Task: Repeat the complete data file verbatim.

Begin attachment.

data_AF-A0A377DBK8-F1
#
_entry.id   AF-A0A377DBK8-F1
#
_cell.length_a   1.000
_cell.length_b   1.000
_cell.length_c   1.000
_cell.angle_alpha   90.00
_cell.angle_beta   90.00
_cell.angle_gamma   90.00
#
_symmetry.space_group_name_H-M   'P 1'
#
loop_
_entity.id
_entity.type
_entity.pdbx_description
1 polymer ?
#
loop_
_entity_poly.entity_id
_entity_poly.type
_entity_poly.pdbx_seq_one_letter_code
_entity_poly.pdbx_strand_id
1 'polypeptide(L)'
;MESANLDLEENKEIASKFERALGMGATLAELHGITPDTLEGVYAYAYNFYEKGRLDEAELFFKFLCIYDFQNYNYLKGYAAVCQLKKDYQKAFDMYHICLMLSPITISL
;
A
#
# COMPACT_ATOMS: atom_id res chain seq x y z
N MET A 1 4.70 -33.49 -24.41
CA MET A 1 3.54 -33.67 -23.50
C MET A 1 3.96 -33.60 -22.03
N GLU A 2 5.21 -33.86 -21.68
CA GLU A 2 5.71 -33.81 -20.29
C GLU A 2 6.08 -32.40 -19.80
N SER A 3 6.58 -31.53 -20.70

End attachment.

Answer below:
data_AF-A0A377DBK8-F1
#
_entry.id   AF-A0A377DBK8-F1
#
_cell.length_a   1.000
_cell.length_b   1.000
_cell.length_c   1.000
_cell.angle_alpha   90.00
_cell.angle_beta   90.00
_cell.angle_gamma   90.00
#
_symmetry.space_group_name_H-M   'P 1'
#
loop_
_entity.id
_entity.type
_entity.pdbx_description
1 polymer ?
#
loop_
_entity_poly.entity_id
_entity_poly.type
_entity_poly.pdbx_seq_one_letter_code
_entity_poly.pdbx_strand_id
1 'polypeptide(L)'
;MESANLDLEENKEIASKFERALGMGATLAELHGITPDTLEGVYAYAYNFYEKGRLDEAELFFKFLCIYDFQNYNYLKGYAAVCQLKKDYQKAFDMYHICLMLSPITISL
;
A
#
# COMPACT_ATOMS: atom_id res chain seq x y z
N MET A 1 4.70 -33.49 -24.41
CA MET A 1 3.54 -33.67 -23.50
C MET A 1 3.96 -33.60 -22.03
N GLU A 2 5.21 -33.86 -21.68
CA GLU A 2 5.71 -33.81 -20.29
C GLU A 2 6.08 -32.40 -19.80
N SER A 3 6.58 -31.53 -20.70